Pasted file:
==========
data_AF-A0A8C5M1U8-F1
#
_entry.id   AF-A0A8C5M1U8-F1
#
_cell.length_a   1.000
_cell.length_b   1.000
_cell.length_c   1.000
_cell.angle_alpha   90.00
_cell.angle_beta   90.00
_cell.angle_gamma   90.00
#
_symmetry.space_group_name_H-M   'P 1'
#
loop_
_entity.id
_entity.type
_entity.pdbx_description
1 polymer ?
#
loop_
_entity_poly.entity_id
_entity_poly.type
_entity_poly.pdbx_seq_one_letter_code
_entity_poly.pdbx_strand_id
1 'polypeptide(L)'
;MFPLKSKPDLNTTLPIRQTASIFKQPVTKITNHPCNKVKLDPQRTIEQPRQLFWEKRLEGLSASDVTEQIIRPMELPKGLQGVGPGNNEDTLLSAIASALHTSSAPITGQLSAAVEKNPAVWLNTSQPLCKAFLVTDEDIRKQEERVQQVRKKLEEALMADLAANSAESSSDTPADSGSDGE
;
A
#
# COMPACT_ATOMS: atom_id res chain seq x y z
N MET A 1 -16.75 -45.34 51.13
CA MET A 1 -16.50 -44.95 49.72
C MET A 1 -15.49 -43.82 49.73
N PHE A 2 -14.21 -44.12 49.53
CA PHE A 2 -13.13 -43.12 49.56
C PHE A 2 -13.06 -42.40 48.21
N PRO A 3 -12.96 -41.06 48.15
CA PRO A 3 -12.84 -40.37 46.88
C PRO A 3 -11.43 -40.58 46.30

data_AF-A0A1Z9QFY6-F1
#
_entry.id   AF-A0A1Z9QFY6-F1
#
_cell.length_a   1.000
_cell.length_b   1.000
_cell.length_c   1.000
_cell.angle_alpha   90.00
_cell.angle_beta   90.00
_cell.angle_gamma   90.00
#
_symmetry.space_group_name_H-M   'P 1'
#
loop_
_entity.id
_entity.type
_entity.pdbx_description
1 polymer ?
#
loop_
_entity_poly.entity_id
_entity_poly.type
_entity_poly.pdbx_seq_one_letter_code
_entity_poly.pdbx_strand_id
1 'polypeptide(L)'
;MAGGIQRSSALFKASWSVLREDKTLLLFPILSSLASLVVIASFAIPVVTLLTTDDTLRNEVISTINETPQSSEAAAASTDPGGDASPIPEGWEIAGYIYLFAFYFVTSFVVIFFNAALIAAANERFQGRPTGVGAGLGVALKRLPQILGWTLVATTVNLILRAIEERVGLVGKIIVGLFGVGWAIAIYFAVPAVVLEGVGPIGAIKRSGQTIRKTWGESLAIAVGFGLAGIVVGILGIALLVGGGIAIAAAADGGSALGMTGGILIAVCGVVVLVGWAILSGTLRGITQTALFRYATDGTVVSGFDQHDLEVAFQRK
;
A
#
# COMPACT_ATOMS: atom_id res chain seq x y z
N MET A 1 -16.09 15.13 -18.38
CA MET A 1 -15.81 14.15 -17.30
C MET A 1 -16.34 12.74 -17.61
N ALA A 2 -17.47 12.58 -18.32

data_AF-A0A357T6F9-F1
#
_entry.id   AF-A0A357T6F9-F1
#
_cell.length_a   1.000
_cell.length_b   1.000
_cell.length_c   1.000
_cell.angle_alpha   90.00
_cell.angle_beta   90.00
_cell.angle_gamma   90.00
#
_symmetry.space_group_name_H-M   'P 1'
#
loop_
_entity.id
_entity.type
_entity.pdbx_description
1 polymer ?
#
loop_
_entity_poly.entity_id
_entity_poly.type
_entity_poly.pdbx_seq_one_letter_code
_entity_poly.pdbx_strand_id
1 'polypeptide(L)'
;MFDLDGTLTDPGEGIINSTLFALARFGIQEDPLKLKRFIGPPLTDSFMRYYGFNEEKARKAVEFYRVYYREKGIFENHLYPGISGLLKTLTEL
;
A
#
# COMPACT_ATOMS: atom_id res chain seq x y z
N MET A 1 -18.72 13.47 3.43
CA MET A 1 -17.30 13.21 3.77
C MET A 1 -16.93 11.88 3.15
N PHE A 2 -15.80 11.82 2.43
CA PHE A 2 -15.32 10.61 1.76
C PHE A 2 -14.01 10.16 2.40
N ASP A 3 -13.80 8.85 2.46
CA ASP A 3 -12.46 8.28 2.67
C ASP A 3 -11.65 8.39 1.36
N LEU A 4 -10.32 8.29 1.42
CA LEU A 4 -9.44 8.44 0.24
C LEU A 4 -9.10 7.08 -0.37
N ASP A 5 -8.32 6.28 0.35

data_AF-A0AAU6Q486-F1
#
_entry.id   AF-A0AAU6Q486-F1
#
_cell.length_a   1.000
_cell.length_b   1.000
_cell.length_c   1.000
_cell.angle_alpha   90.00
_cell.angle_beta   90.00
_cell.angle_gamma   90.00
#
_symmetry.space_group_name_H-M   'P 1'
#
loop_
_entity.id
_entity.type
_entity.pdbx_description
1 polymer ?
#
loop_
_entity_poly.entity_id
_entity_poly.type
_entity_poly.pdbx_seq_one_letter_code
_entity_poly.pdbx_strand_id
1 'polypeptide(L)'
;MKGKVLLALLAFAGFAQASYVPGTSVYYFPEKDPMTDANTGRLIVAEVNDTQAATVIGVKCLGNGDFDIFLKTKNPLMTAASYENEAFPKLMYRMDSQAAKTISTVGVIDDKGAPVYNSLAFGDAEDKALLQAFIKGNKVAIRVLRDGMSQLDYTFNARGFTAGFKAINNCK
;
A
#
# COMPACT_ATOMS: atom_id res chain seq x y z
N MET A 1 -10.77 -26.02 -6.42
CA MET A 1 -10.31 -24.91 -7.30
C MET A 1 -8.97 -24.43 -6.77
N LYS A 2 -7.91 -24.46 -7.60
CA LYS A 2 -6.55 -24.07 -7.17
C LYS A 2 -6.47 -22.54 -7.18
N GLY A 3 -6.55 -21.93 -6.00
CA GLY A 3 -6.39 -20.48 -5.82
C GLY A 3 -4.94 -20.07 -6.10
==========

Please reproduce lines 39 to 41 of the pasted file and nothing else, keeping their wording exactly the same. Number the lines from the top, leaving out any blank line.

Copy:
C PRO A 3 -11.43 -40.58 46.30

data_AF-A0A1Z9QFY6-F1
#